Among kinesiopathologic models, the movement system impairment (MSI) model is considered the most suitable classification approach and has been reviewed clinically and kinematically during the current decade. 5 , 13 , 14 The MSI model of the knee has been shown to have acceptable intratester reliability. 14 This model classifies patients with knee pain into seven subgroups based on examining the knee movement, correction of faulty posture, and re-evaluation of the symptoms. The subgroups are tibiofemoral rotation syndrome, tibiofemoral hypomobility syndrome, tibiofemoral accessory hypermobility syndrome, knee extension syndrome; knee hyperextension syndrome, patellar lateral glide syndrome, and knee impairment. Previous studies have reported certain limitations in the MSI model, namely overlapping signs and symptoms, 13 time-consuming examination process, 5 challenges in determining the tibiofemoral rotation angle, 4 and the absence of differences in perceived pain levels between the usual and corrected movement conditions. 13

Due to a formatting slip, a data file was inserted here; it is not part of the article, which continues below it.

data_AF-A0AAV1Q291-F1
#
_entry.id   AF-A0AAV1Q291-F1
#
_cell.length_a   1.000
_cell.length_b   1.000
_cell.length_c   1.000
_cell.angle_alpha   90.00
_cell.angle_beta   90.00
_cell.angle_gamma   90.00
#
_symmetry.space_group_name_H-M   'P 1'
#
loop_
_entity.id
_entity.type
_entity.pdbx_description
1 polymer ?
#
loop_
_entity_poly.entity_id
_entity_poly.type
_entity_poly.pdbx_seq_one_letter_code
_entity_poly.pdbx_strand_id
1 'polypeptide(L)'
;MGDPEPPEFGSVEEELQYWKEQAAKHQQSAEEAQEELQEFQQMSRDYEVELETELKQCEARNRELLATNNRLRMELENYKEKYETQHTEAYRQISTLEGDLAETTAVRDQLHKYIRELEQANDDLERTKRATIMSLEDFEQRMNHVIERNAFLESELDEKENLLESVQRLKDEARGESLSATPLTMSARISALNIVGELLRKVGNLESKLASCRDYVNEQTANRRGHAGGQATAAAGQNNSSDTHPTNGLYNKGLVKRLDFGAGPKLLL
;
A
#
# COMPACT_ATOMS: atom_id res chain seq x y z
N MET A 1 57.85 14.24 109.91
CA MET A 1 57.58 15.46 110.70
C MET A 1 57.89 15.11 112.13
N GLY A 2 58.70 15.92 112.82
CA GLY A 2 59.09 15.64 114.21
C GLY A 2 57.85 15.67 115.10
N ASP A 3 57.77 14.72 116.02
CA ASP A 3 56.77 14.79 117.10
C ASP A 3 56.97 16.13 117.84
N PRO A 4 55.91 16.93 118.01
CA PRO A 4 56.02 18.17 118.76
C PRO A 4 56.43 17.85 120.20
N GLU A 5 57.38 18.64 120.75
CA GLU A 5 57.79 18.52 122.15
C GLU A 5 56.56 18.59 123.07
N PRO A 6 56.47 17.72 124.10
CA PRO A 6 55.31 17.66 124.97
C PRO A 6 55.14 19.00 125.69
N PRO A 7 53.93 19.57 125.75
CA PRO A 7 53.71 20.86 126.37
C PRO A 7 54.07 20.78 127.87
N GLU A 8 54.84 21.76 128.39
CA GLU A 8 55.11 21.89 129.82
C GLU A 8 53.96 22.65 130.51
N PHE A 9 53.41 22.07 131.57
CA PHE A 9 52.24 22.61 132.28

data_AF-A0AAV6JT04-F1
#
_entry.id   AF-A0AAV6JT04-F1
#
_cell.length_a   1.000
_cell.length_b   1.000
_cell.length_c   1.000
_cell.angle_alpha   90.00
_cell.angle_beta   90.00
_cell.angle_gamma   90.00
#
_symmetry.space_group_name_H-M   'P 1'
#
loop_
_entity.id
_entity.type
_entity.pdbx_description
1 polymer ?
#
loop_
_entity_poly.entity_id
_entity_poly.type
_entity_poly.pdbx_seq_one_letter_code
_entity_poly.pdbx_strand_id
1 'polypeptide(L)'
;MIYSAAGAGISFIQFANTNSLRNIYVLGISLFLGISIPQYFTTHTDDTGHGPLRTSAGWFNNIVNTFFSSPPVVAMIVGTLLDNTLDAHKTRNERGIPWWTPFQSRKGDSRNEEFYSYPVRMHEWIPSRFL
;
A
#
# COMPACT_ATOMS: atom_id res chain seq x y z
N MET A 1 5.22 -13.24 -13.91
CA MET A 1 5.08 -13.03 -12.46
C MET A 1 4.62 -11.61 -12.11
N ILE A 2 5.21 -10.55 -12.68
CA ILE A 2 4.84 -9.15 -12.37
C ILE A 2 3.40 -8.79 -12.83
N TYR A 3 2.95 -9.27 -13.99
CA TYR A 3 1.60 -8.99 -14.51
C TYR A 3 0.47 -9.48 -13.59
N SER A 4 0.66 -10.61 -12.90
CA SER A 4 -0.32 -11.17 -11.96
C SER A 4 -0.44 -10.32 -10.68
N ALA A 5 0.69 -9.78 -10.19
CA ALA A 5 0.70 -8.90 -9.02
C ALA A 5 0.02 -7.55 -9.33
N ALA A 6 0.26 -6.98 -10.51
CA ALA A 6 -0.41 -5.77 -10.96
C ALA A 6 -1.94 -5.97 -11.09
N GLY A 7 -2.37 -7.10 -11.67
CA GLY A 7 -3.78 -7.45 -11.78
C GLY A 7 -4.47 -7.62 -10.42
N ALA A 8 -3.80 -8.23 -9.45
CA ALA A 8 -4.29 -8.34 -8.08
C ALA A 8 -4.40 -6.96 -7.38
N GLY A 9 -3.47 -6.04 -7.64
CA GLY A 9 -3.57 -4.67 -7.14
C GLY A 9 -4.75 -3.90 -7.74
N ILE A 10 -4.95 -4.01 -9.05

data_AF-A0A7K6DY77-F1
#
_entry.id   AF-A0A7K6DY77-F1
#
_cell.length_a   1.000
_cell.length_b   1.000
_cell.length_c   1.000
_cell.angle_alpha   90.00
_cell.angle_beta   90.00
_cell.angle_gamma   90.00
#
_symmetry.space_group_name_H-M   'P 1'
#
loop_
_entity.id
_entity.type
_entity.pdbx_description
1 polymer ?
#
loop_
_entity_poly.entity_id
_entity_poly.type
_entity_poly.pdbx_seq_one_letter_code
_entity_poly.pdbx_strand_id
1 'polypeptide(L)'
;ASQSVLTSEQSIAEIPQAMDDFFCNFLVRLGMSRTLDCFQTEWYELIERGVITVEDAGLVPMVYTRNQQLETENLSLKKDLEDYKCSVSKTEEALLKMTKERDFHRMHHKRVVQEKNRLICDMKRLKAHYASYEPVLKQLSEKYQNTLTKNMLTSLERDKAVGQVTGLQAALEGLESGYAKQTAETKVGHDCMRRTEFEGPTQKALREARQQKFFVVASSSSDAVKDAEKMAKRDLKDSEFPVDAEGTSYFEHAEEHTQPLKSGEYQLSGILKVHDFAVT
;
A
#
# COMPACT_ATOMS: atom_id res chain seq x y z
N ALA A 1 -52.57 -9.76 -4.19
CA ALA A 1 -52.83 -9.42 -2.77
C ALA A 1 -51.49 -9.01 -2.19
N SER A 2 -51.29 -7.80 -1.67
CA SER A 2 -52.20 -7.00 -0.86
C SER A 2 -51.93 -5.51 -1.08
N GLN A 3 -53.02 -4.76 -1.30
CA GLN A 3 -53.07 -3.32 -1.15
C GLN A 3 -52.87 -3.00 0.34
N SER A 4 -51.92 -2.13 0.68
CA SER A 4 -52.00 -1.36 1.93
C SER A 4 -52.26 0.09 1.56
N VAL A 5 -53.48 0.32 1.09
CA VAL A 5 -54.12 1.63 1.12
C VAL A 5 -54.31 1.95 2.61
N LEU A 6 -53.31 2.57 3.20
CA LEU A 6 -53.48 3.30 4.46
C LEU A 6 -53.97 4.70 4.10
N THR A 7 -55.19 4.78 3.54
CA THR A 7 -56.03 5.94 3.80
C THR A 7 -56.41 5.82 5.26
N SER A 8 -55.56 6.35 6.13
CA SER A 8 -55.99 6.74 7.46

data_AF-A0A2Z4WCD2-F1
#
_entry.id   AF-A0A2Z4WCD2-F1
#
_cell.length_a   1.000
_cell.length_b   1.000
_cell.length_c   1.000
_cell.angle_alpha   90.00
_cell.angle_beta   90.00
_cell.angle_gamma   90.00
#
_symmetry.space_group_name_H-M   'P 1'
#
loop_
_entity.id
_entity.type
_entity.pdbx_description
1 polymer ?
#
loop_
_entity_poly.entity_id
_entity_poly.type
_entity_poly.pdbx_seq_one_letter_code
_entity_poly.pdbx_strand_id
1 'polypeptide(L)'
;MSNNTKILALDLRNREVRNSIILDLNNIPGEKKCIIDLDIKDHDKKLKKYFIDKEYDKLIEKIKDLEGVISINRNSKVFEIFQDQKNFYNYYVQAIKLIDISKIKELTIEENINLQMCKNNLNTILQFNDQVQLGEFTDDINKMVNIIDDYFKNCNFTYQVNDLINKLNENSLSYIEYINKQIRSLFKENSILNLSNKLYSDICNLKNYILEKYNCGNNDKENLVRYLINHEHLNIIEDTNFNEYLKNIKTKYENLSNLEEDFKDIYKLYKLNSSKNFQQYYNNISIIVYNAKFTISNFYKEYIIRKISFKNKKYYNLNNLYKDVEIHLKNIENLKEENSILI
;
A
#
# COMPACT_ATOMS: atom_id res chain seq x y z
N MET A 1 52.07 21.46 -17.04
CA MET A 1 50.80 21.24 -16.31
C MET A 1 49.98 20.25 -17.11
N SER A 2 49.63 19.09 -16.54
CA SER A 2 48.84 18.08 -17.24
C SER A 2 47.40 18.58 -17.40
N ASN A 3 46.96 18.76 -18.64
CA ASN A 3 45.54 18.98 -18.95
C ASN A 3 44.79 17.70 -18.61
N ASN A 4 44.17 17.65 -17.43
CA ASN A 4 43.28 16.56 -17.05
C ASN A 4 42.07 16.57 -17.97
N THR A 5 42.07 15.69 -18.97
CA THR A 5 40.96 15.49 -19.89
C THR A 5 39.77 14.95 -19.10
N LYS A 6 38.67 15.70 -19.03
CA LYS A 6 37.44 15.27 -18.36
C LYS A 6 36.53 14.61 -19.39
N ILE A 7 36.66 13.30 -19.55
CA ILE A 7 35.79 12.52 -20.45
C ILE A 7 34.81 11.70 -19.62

Attempts have been made to validate the classification of syndromes using statistical models such as Ward’s clustering method for hip disorders 15 and hierarchical clustering method for non-specific patellofemoral pain for the lower extremity examination. 16 Statistical analysis can be used to describe the characteristics of a population in an idealized model with algorithms based on similarity and differences in signs and symptoms. 17 , 18 Statistical clustering is an unsupervised learning process in which the data are grouped in different clusters free from preconceptions. Unlike other clustering methods, the partitioning around medoids (PAM) model is a unique and flexible clustering method that allows the entry of various forms of variables (nominal, ordinal, or scalar) besides numeric variables. 17 , 18 In the PAM model, one case is selected as a medoid, and the data with the least dissimilarities to the medoid are clustered around it. The medoids are then replaced to gain the smallest dissimilarity. This process continues until no change takes place in medoids and the determined number of clusters itself. This unique process leads to separated data groups with the least within-group dissimilarity and maximum between-group dissimilarity. 19 This highly accurate method classifies patients into clusters based on their true dissimilarities and distinguishes the important variables for clustering. Thus, classifications based on this model would be simple, most time-efficient, and require less clinical examination variables.